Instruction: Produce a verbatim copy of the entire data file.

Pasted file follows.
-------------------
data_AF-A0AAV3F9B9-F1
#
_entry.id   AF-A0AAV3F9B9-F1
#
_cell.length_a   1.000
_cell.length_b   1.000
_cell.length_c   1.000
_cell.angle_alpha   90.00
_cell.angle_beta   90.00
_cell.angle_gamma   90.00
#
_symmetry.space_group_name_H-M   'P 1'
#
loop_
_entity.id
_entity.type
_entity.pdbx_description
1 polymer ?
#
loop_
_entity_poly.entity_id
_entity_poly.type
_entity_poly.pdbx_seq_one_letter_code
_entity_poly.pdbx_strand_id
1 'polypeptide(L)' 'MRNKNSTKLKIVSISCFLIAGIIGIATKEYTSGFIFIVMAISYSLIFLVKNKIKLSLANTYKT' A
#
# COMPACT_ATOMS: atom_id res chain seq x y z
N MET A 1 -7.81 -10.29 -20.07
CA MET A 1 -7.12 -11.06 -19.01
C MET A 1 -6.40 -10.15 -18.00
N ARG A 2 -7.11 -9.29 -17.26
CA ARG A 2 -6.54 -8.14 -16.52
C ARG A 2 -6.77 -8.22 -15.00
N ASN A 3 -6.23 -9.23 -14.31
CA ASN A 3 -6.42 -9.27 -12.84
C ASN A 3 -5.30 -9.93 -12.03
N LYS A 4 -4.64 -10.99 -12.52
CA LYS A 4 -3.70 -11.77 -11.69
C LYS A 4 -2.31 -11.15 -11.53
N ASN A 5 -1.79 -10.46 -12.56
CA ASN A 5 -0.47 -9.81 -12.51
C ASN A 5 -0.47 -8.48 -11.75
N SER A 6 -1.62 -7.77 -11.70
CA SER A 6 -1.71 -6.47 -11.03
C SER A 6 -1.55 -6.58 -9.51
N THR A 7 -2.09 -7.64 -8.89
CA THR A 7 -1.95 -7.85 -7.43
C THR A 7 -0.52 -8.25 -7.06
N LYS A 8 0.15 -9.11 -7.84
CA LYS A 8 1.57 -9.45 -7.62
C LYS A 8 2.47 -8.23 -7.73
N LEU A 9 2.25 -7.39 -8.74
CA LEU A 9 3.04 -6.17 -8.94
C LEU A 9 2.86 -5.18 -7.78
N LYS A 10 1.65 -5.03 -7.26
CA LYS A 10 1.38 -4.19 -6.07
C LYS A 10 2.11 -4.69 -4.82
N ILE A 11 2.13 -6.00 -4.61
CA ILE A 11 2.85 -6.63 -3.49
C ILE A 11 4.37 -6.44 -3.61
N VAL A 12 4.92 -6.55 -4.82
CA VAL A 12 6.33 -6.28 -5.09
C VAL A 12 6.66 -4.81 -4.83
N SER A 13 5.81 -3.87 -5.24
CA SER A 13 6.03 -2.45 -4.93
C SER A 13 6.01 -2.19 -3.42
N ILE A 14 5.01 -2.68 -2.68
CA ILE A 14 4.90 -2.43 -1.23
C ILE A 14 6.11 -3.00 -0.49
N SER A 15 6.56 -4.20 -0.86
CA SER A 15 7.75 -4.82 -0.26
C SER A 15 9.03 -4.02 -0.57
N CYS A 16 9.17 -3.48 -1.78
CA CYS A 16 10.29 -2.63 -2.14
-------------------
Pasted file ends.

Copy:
data_AF-A0AAV3F9B9-F1
#
_entry.id   AF-A0AAV3F9B9-F1
#
_cell.length_a   1.000
_cell.length_b   1.000
_cell.length_c   1.000
_cell.angle_alpha   90.00
_cell.angle_beta   90.00
_cell.angle_gamma   90.00
#
_symmetry.space_group_name_H-M   'P 1'
#
loop_
_entity.id
_entity.type
_entity.pdbx_description
1 polymer ?
#
loop_
_entity_poly.entity_id
_entity_poly.type
_entity_poly.pdbx_seq_one_letter_code
_entity_poly.pdbx_strand_id
1 'polypeptide(L)' 'MRNKNSTKLKIVSISCFLIAGIIGIATKEYTSGFIFIVMAISYSLIFLVKNKIKLSLANTYKT' A
#
# COMPACT_ATOMS: atom_id res chain seq x y z
N MET A 1 -7.81 -10.29 -20.07
CA MET A 1 -7.12 -11.06 -19.01
C MET A 1 -6.40 -10.15 -18.00
N ARG A 2 -7.11 -9.29 -17.26
CA ARG A 2 -6.54 -8.14 -16.52
C ARG A 2 -6.77 -8.22 -15.00
N ASN A 3 -6.23 -9.23 -14.31
CA ASN A 3 -6.42 -9.27 -12.84
C ASN A 3 -5.30 -9.93 -12.03
N LYS A 4 -4.64 -10.99 -12.52
CA LYS A 4 -3.70 -11.77 -11.69
C LYS A 4 -2.31 -11.15 -11.53
N ASN A 5 -1.79 -10.46 -12.56
CA ASN A 5 -0.47 -9.81 -12.51
C ASN A 5 -0.47 -8.48 -11.75
N SER A 6 -1.62 -7.77 -11.70
CA SER A 6 -1.71 -6.47 -11.03
C SER A 6 -1.55 -6.58 -9.51
N THR A 7 -2.09 -7.64 -8.89
CA THR A 7 -1.95 -7.85 -7.43
C THR A 7 -0.52 -8.25 -7.06
N LYS A 8 0.15 -9.11 -7.84
CA LYS A 8 1.57 -9.45 -7.62
C LYS A 8 2.47 -8.23 -7.73
N LEU A 9 2.25 -7.39 -8.74
CA LEU A 9 3.04 -6.17 -8.94
C LEU A 9 2.86 -5.18 -7.78
N LYS A 10 1.65 -5.03 -7.26
CA LYS A 10 1.38 -4.19 -6.07
C LYS A 10 2.11 -4.69 -4.82
N ILE A 11 2.13 -6.00 -4.61
CA ILE A 11 2.85 -6.63 -3.49
C ILE A 11 4.37 -6.44 -3.61
N VAL A 12 4.92 -6.55 -4.82
CA VAL A 12 6.33 -6.28 -5.09
C VAL A 12 6.66 -4.81 -4.83
N SER A 13 5.81 -3.87 -5.24
CA SER A 13 6.03 -2.45 -4.93
C SER A 13 6.01 -2.19 -3.42
N ILE A 14 5.01 -2.68 -2.68
CA ILE A 14 4.90 -2.43 -1.23
C ILE A 14 6.11 -3.00 -0.49
N SER A 15 6.56 -4.20 -0.86
CA SER A 15 7.75 -4.82 -0.26
C SER A 15 9.03 -4.02 -0.57
N CYS A 16 9.17 -3.48 -1.78
CA CYS A 16 10.29 -2.63 -2.14